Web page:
Other Hot Spots<p>Coastal areas represent just one type of hot spot for disinfection by-products. Agricultural regions tend to send organic matter — such as fertilizer and animal waste — into waterways. Areas with warmer climates generally have higher levels of natural organic matter. And nearly any urban area can be prone to stormwater runoff or combined sewer overflows, which can contain rainwater as well as untreated human waste, industrial wastewater, hazardous materials and organic debris. These events are especially common along the East Coast, notes Sydney Evans, a science analyst with the nonprofit Environmental Working Group (EWG, a collaborator on <a href="https://ensia.com/ensia-collections/troubled-waters/" target="_blank">this reporting project</a>).</p><p>The only drinking water sources that might be altogether free of disinfection by-products, suggests Richardson, are private wells that are not treated with disinfectants. She used to drink water from her own well. "It was always cold, coming from great depth through clay and granite," she says. "It was fabulous."</p><p>Today, Richardson gets her water from a city system that uses chloramine.</p>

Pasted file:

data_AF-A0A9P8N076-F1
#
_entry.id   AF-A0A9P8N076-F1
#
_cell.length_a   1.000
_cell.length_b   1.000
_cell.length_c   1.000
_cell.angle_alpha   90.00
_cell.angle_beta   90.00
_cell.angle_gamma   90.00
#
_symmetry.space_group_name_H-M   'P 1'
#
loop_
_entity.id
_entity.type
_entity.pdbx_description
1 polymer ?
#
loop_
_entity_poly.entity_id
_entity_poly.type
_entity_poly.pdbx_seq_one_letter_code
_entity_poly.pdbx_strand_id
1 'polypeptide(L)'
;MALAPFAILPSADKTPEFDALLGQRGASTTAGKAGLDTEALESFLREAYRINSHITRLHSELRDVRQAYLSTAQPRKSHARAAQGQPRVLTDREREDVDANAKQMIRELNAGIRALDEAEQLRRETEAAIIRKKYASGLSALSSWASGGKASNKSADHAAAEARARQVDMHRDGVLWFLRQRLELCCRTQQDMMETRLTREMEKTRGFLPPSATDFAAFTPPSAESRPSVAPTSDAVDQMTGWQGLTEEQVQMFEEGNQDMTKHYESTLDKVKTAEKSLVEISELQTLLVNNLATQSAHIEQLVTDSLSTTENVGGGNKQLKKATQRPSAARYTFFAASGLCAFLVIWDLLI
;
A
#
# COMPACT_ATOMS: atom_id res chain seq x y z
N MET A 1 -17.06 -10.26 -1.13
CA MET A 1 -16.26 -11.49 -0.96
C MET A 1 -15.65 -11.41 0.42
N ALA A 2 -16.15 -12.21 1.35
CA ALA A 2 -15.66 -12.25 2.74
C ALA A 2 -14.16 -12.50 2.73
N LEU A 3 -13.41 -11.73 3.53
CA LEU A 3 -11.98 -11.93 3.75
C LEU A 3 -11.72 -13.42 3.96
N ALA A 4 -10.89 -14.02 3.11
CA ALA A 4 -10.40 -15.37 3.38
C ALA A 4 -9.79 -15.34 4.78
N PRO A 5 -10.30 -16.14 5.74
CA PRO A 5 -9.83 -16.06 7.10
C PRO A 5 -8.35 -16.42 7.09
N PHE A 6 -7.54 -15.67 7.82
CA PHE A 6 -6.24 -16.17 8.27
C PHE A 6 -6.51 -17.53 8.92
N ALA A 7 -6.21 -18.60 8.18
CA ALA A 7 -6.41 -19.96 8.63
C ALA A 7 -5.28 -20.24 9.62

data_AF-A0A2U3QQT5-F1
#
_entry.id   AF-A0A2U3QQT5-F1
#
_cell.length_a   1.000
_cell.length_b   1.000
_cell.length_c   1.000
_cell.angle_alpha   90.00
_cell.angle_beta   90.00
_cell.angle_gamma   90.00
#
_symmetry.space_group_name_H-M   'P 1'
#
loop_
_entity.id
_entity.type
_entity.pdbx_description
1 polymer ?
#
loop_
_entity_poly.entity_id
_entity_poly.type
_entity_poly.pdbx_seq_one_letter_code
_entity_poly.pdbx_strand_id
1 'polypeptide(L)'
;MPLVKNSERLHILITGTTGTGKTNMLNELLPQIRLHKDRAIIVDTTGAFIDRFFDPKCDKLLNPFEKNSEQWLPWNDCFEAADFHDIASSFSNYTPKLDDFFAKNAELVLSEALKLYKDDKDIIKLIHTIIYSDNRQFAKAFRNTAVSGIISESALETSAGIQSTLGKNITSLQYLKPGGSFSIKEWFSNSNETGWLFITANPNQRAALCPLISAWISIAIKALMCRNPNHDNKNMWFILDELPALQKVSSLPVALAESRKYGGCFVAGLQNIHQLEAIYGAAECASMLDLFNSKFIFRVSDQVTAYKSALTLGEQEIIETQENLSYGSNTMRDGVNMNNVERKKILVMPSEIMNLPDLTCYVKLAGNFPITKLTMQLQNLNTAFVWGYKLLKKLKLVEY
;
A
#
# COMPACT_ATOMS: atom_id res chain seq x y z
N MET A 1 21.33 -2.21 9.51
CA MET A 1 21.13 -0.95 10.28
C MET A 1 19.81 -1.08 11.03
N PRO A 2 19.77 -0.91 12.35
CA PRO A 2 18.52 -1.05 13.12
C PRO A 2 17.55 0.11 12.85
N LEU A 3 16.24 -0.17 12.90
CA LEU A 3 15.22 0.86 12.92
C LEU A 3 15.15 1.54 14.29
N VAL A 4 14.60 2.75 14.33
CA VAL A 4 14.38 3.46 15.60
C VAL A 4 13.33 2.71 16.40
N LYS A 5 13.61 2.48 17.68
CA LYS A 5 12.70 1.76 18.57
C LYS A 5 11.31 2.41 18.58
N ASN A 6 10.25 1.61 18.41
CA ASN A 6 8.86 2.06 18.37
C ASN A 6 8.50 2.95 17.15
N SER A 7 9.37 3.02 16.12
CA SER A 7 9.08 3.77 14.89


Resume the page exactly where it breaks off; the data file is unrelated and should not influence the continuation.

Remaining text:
Toxic Treadmill<p>Most community water systems in the U.S. use chlorine for disinfection in their treatment plant. Because disinfectants are needed to prevent bacteria growth as the water travels to the homes at the ends of the distribution lines, sometimes a second round of disinfection is also added in the pipes.</p><p>Here, systems usually opt for either chlorine or chloramine. "Chloramination is more long-lasting and does not form as many disinfection by-products through the system," says Steve Via, director of federal relations at the American Water Works Association. "Some studies show that chloramination may be more protective against organisms that inhabit biofilms such as Legionella."</p>